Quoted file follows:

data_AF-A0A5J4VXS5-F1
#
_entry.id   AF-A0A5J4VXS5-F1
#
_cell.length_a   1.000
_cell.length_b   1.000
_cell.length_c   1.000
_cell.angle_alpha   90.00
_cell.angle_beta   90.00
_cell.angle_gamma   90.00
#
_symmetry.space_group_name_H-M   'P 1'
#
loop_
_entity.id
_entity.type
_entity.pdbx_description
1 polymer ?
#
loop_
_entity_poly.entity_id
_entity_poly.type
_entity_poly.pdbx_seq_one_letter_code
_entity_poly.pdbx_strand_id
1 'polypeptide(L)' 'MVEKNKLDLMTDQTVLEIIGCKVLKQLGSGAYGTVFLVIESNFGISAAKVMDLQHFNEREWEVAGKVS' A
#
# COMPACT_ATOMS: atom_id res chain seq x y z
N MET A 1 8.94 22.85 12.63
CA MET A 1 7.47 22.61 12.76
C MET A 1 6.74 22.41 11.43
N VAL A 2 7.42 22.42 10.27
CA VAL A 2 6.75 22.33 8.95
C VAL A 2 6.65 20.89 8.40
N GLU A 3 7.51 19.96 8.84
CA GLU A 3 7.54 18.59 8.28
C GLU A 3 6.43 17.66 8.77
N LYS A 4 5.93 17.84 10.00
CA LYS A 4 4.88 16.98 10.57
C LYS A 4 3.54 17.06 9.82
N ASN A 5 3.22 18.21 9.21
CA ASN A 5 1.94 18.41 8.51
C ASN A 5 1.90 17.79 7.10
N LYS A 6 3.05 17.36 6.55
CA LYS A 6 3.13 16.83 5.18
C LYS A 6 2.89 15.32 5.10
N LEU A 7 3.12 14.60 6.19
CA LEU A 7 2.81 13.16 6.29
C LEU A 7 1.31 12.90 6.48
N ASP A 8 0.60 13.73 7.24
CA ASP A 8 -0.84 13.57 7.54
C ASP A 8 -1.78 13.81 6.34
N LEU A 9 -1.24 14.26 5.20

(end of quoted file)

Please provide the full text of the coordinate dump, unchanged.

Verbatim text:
data_AF-A0A5J4VXS5-F1
#
_entry.id   AF-A0A5J4VXS5-F1
#
_cell.length_a   1.000
_cell.length_b   1.000
_cell.length_c   1.000
_cell.angle_alpha   90.00
_cell.angle_beta   90.00
_cell.angle_gamma   90.00
#
_symmetry.space_group_name_H-M   'P 1'
#
loop_
_entity.id
_entity.type
_entity.pdbx_description
1 polymer ?
#
loop_
_entity_poly.entity_id
_entity_poly.type
_entity_poly.pdbx_seq_one_letter_code
_entity_poly.pdbx_strand_id
1 'polypeptide(L)' 'MVEKNKLDLMTDQTVLEIIGCKVLKQLGSGAYGTVFLVIESNFGISAAKVMDLQHFNEREWEVAGKVS' A
#
# COMPACT_ATOMS: atom_id res chain seq x y z
N MET A 1 8.94 22.85 12.63
CA MET A 1 7.47 22.61 12.76
C MET A 1 6.74 22.41 11.43
N VAL A 2 7.42 22.42 10.27
CA VAL A 2 6.75 22.33 8.95
C VAL A 2 6.65 20.89 8.40
N GLU A 3 7.51 19.96 8.84
CA GLU A 3 7.54 18.59 8.28
C GLU A 3 6.43 17.66 8.77
N LYS A 4 5.93 17.84 10.00
CA LYS A 4 4.88 16.98 10.57
C LYS A 4 3.54 17.06 9.82
N ASN A 5 3.22 18.21 9.21
CA ASN A 5 1.94 18.41 8.51
C ASN A 5 1.90 17.79 7.10
N LYS A 6 3.05 17.36 6.55
CA LYS A 6 3.13 16.83 5.18
C LYS A 6 2.89 15.32 5.10
N LEU A 7 3.12 14.60 6.19
CA LEU A 7 2.81 13.16 6.29
C LEU A 7 1.31 12.90 6.48
N ASP A 8 0.60 13.73 7.24
CA ASP A 8 -0.84 13.57 7.54
C ASP A 8 -1.78 13.81 6.34
N LEU A 9 -1.24 14.26 5.20